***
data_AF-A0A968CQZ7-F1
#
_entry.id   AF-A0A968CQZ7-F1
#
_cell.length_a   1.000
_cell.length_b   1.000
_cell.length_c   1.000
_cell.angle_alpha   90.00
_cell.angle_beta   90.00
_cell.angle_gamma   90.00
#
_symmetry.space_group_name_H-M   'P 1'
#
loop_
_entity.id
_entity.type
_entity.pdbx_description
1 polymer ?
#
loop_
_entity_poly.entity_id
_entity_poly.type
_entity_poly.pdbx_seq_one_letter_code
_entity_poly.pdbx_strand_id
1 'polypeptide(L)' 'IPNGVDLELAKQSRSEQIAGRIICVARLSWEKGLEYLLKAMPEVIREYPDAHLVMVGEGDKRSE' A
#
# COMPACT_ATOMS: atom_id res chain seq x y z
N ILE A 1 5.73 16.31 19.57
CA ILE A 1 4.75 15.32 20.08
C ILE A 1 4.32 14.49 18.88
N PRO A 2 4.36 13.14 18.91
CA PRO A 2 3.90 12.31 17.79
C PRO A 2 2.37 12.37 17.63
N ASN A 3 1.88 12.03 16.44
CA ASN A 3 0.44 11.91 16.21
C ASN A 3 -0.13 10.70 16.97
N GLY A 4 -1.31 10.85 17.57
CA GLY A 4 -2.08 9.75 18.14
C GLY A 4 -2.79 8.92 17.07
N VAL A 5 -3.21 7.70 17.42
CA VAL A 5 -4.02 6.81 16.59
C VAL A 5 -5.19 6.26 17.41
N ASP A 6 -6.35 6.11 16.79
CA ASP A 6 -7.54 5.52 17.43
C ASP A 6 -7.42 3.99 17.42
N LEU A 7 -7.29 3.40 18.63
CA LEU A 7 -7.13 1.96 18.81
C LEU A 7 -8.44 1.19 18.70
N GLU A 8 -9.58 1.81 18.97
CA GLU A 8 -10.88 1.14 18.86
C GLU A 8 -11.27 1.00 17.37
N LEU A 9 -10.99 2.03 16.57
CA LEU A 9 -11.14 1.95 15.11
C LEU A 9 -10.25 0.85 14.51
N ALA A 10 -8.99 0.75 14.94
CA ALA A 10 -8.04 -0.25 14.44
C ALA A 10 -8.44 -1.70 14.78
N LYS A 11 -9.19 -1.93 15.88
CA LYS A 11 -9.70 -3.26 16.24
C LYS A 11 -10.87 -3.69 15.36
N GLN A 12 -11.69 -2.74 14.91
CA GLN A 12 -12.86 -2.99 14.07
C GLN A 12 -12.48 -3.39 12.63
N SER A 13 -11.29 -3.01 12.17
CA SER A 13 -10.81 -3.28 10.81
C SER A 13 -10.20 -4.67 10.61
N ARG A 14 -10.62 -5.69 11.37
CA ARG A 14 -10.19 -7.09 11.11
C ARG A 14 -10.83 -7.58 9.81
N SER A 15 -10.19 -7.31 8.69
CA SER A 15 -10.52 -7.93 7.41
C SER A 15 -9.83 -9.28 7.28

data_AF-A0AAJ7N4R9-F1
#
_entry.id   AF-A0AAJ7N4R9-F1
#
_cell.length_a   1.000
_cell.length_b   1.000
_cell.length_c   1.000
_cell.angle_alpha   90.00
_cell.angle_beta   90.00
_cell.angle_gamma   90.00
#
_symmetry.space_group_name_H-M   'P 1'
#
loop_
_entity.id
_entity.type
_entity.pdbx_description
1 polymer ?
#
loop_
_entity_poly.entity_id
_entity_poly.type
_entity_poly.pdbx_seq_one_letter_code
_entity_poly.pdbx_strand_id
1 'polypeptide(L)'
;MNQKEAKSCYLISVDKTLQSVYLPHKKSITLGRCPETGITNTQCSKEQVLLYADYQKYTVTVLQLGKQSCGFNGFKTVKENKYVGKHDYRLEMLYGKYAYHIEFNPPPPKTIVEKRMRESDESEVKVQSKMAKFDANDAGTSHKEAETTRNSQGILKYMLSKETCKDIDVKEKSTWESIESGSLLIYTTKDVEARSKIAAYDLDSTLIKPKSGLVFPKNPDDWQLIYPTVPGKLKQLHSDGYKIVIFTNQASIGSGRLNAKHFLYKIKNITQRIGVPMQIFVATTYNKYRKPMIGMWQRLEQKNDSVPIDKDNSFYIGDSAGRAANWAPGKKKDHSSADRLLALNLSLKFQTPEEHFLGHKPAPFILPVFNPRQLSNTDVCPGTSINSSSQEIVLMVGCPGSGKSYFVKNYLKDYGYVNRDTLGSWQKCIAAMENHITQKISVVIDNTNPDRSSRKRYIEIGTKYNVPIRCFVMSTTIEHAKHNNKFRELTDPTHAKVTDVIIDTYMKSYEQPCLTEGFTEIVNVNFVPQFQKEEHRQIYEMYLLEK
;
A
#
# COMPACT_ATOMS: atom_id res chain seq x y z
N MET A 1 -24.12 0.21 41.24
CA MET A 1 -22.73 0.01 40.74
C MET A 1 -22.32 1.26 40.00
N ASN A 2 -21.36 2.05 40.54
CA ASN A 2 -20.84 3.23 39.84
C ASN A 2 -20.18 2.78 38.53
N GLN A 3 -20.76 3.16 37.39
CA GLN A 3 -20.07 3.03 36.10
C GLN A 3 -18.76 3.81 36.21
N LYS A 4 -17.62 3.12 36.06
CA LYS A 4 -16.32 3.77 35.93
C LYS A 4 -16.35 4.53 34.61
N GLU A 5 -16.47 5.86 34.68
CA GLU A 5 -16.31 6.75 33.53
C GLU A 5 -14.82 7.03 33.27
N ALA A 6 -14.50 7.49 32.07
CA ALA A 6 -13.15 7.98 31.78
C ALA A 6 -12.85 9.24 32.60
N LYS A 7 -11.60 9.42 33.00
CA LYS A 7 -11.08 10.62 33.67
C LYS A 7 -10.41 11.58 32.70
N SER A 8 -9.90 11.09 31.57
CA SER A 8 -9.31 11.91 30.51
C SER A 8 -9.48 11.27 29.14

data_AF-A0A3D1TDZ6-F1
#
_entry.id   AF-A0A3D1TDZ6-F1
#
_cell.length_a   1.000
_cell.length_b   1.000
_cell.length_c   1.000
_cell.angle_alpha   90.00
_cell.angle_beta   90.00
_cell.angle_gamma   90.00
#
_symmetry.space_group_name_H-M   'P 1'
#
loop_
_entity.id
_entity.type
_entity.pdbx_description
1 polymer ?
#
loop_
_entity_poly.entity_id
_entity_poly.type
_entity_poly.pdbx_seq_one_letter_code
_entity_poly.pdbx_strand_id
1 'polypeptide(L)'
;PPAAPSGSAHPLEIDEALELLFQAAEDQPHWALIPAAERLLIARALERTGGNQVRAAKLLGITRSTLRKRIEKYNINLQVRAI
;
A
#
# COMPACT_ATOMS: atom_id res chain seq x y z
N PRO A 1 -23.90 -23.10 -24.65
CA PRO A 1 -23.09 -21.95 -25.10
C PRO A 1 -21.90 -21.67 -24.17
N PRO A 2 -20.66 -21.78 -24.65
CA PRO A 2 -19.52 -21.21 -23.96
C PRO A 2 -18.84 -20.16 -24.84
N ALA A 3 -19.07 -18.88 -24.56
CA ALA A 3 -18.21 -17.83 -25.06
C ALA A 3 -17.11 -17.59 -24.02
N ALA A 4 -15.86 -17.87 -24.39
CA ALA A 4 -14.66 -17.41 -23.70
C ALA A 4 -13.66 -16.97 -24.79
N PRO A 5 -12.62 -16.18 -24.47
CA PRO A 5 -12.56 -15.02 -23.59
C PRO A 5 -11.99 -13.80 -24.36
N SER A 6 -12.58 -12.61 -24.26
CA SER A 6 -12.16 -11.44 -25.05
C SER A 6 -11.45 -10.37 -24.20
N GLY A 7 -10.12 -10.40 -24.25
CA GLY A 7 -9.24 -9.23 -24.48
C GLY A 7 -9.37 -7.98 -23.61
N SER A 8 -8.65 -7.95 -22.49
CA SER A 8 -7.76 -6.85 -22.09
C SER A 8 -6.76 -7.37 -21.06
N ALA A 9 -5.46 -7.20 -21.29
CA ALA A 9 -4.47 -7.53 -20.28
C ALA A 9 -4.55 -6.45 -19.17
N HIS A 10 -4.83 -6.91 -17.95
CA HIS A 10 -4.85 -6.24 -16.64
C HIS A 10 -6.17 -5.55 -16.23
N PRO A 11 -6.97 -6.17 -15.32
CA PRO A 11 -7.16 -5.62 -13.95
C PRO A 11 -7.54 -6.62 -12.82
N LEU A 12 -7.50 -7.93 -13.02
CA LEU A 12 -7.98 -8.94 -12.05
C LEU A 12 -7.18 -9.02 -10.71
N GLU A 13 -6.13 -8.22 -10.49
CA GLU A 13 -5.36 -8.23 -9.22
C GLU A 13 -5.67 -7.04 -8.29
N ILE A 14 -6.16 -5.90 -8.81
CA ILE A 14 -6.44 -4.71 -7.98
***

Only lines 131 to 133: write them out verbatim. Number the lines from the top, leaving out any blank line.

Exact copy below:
_cell.length_a   1.000
_cell.length_b   1.000
_cell.length_c   1.000